Capital Weather Gang released its winter outlook in early November, and Thursday winter weather expert Wes Junker updated our outlook for December. In short, for the winter we’re predicting near to slightly below normal snowfall and near normal temperatures. For December, we favor below average snowfall and slightly above average temperatures (revised from slightly below average temperatures).
Over the last few days, several other outlets/forecasters - namely AccuWeather, WeatherBug, and ABC7’s Bob Ryan - have tweaked their outlooks, which more or less continue to be consistent with our general thoughts.
Let’s begin with AccuWeather, which had this to say about the winter’s snow potential on Thursday:
With a storm track farther north and west compared to last year, snowfall will be near to below normal for the highly populated I-95 corridor, including Washington, D.C., Philadelphia, New York City and Boston. Stormy weather is still expected, but there will be more events with a wintry mix or a changeover to rain.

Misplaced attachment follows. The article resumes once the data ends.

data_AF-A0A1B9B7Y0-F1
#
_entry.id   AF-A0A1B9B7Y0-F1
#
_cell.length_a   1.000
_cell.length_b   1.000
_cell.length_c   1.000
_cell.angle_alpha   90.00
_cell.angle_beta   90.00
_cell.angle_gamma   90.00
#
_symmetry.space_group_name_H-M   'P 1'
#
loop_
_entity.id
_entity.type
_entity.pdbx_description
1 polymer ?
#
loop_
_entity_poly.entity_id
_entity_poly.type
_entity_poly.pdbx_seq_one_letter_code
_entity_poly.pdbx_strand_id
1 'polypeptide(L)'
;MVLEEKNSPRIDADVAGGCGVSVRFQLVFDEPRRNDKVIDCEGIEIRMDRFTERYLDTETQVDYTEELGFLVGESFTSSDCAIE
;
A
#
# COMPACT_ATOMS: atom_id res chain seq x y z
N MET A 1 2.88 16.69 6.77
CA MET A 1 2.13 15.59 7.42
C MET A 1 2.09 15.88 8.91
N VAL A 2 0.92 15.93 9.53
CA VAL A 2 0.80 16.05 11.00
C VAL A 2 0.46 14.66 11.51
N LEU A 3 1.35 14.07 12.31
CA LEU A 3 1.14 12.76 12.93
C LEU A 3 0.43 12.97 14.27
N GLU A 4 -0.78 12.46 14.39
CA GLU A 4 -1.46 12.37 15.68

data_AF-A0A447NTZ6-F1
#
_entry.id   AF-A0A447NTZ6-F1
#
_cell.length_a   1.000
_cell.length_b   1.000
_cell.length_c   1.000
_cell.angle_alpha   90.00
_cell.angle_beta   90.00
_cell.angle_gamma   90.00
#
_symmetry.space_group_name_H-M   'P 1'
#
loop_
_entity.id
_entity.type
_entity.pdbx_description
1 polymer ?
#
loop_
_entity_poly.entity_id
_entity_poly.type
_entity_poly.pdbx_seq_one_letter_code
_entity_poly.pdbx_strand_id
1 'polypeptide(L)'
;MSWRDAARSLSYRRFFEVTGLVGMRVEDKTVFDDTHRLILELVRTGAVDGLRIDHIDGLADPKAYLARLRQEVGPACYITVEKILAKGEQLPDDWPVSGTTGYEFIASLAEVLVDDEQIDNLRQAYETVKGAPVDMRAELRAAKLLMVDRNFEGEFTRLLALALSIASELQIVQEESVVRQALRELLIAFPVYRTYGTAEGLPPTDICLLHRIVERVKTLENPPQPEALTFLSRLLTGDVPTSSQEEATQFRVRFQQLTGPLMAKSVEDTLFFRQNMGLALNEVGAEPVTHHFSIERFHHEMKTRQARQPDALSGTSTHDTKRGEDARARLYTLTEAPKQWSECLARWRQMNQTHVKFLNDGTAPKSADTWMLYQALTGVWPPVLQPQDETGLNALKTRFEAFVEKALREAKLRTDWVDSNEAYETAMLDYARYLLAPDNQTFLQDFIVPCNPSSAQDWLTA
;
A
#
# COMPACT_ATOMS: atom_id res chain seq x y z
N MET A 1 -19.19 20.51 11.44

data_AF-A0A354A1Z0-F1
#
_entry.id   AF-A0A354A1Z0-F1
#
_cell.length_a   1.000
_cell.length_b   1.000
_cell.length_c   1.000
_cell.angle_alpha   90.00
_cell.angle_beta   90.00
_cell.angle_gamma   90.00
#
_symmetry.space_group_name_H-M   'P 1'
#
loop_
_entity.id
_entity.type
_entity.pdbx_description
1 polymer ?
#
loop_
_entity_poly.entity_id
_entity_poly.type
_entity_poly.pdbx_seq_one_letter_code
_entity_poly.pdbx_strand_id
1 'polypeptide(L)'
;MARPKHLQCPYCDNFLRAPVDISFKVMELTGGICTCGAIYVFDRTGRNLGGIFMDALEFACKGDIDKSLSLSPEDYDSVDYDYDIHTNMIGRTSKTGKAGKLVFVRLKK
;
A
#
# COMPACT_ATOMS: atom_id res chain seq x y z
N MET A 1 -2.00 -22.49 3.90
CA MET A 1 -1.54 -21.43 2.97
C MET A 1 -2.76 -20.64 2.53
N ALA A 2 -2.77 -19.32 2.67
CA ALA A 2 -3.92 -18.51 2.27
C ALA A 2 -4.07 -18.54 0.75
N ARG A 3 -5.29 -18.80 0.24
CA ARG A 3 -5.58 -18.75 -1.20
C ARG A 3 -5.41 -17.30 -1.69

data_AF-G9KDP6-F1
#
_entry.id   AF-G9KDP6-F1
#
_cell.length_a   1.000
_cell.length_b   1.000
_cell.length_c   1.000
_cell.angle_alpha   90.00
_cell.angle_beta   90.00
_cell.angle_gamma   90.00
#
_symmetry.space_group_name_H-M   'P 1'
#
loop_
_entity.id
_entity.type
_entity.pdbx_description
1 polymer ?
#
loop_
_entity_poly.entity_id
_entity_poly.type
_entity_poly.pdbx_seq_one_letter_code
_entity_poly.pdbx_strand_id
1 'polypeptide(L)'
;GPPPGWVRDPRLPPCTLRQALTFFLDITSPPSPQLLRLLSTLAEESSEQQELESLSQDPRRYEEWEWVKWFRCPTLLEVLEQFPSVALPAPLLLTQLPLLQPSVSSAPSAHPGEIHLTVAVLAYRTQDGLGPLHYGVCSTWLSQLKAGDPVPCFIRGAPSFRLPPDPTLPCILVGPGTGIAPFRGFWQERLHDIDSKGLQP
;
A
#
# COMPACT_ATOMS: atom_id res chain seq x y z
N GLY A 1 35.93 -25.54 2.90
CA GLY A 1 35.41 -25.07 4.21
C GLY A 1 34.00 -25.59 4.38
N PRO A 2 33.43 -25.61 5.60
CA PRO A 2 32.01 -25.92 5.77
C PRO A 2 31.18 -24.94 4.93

On Friday, AccuWeather noted it also tweaked temperatures “up a bit” along the I-95 corridor, especially in early December. We agree with that adjustment, based on the positive phase of the Arctic Oscillation Wes discussed Thursday.
Earth Networks, the parent company of WeatherBug, released its winter outlook yesterday, is calling for near normal temperatures and precipitation in the D.C. metro region and much of the mid-Atlantic. You can watch their full 40-minute outlook briefing below. It’s quite informative.
Video: Earth Networks winter outlook seminar
Finally, senior meteorologist Bob Ryan at ABC7, offered his revised thoughts on the upcoming winter. Noting it’s been warmer than average in the Northern Plains the last couple of months, Ryan pointed out: In past winters, when October and November have both been mild to our north, the following months are more likely to be relatively easy or mild rather than very cold.
Considering that, as well as the La Nina pattern, and close to average Siberian snow cover, he’s favoring an “average or milder-than-average winter” with near-average snow.
As I’ve mentioned in earlier posts, everyone seems to be on a similar page this year when it comes to winter expectations.